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February 22, 2008 • Vol.30 Issue 8
Page(s) 26 in print issue

Smart Strategies For Recycling Tapes & Storage Media

Change is certainly a constant in the IT landscape. Tape formats invariably change every couple of years, leading to faster-performing cartridges with greater capacity. Similarly, disk sizes have shifted significantly in recent years.

But that progress leads to a problem for small to midsized enterprises. What do you do with all those old tapes and hard drives? Leaving them to gather dust in a basement or warehouse certainly isn’t the best solution. That can lead to data insecurity.

Here, then, are some important tips concerning how to dispose of old tapes and hard drives.

Old Tapes Have Value

A large number of tape formats have been released over the last decade: DLT (Digital Linear Tape), SuperDLT, LTO (Linear Tape Open), DDS (Digital Data Storage), and 8mm are just a few of the choices. Within those categories, there are various generations, such as LTO-2, -3, and -4. When companies move to a newer tape format, they typically transfer old backups onto the newer form factor. That leaves them with a pile of tapes they have no use for.

Surprisingly, such tapes may have some value to someone. Most commonly, people just don’t know that there is value in their excess or used media.

“It is difficult to actually recycle the individual components of a tape cartridge,” says Russ Hill, director of purchasing and wholesale channel sales for Data Media Source (800/252-9268; www.datamediasource.com), a company that buys used, excess, and obsolete data media. “Most tape, even as old as round reel tape, has some reuse value. In most cases, you can be paid to recycle your tape rather than paying someone to do it.”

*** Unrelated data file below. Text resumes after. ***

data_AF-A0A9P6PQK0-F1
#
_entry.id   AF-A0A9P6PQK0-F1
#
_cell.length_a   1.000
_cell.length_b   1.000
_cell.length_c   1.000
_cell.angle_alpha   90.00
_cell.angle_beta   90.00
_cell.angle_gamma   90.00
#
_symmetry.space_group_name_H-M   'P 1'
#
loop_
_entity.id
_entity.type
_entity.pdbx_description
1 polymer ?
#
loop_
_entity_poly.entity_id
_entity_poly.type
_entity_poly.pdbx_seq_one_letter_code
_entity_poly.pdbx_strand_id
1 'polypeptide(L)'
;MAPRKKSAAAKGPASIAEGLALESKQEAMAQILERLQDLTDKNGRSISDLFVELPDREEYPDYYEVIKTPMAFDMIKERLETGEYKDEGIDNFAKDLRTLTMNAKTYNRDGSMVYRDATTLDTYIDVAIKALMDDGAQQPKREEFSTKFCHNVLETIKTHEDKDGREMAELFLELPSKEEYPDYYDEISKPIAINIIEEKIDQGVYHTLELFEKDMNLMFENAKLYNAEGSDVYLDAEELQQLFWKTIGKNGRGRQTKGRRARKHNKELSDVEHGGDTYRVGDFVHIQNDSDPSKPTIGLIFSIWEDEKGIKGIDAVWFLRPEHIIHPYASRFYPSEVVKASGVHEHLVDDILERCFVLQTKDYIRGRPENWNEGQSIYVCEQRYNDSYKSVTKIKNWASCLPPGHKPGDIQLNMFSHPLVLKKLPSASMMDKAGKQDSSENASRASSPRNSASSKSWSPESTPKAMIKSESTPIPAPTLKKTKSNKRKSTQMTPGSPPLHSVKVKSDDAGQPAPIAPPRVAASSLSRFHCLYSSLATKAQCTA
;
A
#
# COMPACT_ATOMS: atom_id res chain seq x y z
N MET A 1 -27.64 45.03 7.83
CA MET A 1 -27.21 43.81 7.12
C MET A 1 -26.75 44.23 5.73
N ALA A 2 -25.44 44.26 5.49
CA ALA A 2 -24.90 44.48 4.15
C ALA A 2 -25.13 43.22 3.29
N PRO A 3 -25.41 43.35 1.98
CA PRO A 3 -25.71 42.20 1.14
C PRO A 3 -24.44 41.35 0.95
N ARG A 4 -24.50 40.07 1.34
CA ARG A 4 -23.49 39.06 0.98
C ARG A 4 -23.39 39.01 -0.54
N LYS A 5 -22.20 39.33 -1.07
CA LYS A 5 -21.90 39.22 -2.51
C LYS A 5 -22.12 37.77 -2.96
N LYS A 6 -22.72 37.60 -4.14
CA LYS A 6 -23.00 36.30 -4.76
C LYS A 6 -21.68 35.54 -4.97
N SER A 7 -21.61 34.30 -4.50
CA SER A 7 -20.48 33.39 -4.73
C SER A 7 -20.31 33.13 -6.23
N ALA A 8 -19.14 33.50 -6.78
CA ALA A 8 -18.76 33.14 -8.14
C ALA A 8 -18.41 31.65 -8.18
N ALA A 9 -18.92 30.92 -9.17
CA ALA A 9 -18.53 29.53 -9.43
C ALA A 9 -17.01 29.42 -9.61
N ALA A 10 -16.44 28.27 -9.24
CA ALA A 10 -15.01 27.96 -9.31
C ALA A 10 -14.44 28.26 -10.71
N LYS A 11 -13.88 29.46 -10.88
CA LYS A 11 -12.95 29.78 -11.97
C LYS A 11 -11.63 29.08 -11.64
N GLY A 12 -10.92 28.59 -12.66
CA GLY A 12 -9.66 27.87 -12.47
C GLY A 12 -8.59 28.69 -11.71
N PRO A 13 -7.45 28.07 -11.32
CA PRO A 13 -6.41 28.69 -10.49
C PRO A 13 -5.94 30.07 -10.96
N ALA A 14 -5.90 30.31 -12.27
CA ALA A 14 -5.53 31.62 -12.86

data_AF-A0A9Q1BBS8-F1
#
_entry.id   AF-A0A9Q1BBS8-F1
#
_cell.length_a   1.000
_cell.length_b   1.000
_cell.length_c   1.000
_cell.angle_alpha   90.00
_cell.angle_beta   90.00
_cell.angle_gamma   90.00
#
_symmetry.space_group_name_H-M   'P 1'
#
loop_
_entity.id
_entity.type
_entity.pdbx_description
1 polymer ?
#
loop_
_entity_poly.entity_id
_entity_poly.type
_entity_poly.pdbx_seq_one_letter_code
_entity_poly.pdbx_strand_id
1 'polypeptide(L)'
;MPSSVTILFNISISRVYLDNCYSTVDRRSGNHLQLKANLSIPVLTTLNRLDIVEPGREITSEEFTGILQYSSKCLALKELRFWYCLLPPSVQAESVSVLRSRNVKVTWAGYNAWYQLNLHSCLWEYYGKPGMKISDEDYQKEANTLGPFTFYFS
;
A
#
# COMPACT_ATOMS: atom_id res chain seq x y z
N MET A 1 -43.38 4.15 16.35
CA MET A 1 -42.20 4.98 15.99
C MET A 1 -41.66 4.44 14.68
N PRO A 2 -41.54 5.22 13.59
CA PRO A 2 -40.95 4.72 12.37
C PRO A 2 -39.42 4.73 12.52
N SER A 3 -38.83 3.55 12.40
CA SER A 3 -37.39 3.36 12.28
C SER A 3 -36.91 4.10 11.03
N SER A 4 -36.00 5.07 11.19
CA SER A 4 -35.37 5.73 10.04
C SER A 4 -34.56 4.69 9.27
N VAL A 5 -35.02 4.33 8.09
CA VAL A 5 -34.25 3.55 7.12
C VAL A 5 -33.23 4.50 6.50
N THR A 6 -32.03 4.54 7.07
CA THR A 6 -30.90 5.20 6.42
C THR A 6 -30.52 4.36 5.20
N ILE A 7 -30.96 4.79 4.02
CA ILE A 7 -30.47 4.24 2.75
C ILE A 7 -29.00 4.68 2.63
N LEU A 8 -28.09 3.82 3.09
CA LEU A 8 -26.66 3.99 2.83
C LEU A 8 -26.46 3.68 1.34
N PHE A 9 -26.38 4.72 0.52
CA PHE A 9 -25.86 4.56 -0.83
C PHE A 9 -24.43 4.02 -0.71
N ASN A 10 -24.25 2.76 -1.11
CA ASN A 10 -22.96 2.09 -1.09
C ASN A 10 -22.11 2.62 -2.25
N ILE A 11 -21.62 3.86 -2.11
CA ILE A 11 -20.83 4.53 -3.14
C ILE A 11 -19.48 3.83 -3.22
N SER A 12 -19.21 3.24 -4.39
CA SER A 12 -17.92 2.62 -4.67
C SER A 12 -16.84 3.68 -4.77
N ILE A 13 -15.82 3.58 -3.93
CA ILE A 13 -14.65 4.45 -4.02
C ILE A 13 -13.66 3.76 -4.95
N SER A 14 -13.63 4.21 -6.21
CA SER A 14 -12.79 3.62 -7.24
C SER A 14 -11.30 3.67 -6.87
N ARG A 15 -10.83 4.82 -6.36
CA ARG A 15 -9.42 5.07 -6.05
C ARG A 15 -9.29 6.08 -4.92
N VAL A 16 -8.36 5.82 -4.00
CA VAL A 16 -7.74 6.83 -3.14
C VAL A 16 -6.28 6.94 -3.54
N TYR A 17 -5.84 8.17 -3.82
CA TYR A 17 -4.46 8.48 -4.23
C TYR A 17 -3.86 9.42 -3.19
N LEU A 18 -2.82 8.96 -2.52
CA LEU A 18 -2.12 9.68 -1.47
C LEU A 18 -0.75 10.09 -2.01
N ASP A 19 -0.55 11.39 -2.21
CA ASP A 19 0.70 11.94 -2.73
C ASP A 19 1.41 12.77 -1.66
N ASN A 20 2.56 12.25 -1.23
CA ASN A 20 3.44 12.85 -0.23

Look For A Reputable Vendor

There are plenty of firms out there that are more than happy to take used tapes off your hands. But it is vital you pick one that is willing to comply with your wishes, as well as those of regulatory bodies. Such a firm will provide plenty of visibility into the disposal process and will offer all the evidence you need that your demands have been satisfied.

Choose a reputable firm when selling your tape and ask for references. Take a tour of the facility. Ask about the process from pickup to data destruction.

“The biggest concern is having the data destroyed,” Hill notes. “The company that you choose should offer you security from the time of pickup to the time of data destruction with methods of auditing the process that you are comfortable with.”

Disposing Of Disks & The Data On Them

For removing the data from hard drives, three main options are available:

Degaussing uses powerful magnets to obliterate the data. This does work to remove the data, but it may also adversely affect the other electronic components on the drive, rendering it inoperable.

Overwriting entails repeatedly writing over the entire disk with random 0s and 1s. The usual benchmark companies follow is using the U.S. Department of Defense standard that requires three passes over the disk. This renders the data generally unrecoverable, though it may be possible to get some of it back using special forensic tools.

Shredding is physically destroying the disk by drilling holes in it or literally shredding it.

Companies such as Redemtech (www.redemtech.com) and World Data Products (800/553-0592; www.wdpi.com) are prepared to do whatever it takes to safely dispose of data.

“We’ll do whatever the company requires of us in terms of data erasure,” says Neil Vill, chief executive officer of World Data Products. “For one company, it may be three passes; for another, it might be drilling holes in the drive; for another, it might be shredding it and providing back the pieces.”